The High Court has previously found that Amazon only infringed a UK and European trade mark when goods sold under the sign were advertised and offered for sale on its country-designated Amazon site, i.e. amazon .co.uk. Everything sold on its global website amazon.com was considered to be for US consumers, even though those products could be viewed and purchased in the UK.
The consequence of this decision was that it was more difficult for trademark owners to oppose infringements on global marketplaces or on global websites. The Court of Appeal has just reversed this decision.
In his landmark judgment for the Court of Appeal, Lord Justice Arnold analyzed the journey of a British customer when making a purchase on Amazon.com. He noted that the buyer was located in the UK, the delivery address was in the UK, the billing address was in the UK, and the payment currency was British pounds. Additionally, Amazon would arrange for the goods to be dispatched and imported into the UK and delivered to the consumer in the UK.
Taking these factors into account, Lord Justice Arnold said it could not be “seriously” argued that Amazon’s global marketplace offer was not aimed at the UK. The offers for sale in this global market therefore constituted an infringement of Lifestyle’s British and European trade marks, the court determined.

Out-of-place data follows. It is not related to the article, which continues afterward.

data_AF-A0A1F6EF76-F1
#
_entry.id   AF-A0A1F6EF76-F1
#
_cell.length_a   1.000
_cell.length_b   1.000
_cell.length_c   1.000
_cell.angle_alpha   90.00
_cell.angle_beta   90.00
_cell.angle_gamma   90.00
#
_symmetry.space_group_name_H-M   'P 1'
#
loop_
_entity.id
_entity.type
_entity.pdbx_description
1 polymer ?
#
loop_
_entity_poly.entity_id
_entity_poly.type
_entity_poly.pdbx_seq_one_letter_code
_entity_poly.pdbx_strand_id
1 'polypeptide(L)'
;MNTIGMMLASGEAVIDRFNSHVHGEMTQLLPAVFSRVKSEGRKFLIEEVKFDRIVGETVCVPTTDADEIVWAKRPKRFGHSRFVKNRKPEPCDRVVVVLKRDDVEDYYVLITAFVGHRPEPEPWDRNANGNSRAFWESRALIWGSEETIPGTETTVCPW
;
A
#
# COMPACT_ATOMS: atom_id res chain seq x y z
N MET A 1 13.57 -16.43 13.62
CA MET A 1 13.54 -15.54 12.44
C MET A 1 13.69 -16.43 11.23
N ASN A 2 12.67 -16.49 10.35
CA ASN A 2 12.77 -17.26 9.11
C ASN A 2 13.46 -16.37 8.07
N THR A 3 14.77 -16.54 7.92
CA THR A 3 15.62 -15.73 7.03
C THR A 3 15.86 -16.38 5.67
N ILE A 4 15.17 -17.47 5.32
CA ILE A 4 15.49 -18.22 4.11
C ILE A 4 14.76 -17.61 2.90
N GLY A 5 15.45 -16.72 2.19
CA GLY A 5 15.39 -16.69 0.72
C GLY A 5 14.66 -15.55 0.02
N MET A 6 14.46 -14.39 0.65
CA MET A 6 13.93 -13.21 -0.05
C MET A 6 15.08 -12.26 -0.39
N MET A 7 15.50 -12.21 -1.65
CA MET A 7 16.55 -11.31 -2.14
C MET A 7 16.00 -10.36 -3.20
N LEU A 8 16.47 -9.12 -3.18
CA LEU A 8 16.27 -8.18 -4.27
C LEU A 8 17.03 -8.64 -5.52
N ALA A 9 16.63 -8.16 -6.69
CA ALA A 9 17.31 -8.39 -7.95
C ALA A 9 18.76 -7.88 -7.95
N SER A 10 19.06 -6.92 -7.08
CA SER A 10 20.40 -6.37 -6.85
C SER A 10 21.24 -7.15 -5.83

The Court of Appeals said Lifestyle may therefore be entitled to seek an injunction to restrain future trademark infringement by Amazon if the marketplace does not itself provide an appropriate undertaking to address the risk of infringement. Lifestyle will also have the opportunity to argue for financial compensation for the violation found by the court.
“The Lord Justice Arnold judgment constitutes a significant change in the assessment of whether advertisements and offers for sale in a global market constitute trademark infringement in a particular territory,” said expert Tom Nener. in trademark protection at Pinsent Masons. “The context of the sales offer and the customer journey are always critical, but factors such as the offer of shipping to a geographic location, local currency payment details, and the actual delivery of products to that location could all be decisive.”
According to the ruling, Amazon had taken certain steps to block the sale of Lifestyle’s American-branded products in the UK. However, Gill Dennis, trademark protection expert at Pinsent Masons, said these measures would no longer be sufficient to combat unauthorized use of trademarks resulting from targeted product listings in light of the Court of Appeal ruling. .
“The fact that Lord Justice Arnold relies on the standard information given to consumers during the purchase process to show that the website was aimed at UK consumers means that the targeting threshold is relatively low,” Dennis said. “The judgment will therefore have implications for all global online marketplaces as it is likely to spur an increase in ‘notice and take down’ applications in relation to the use of trade marks in the UK.”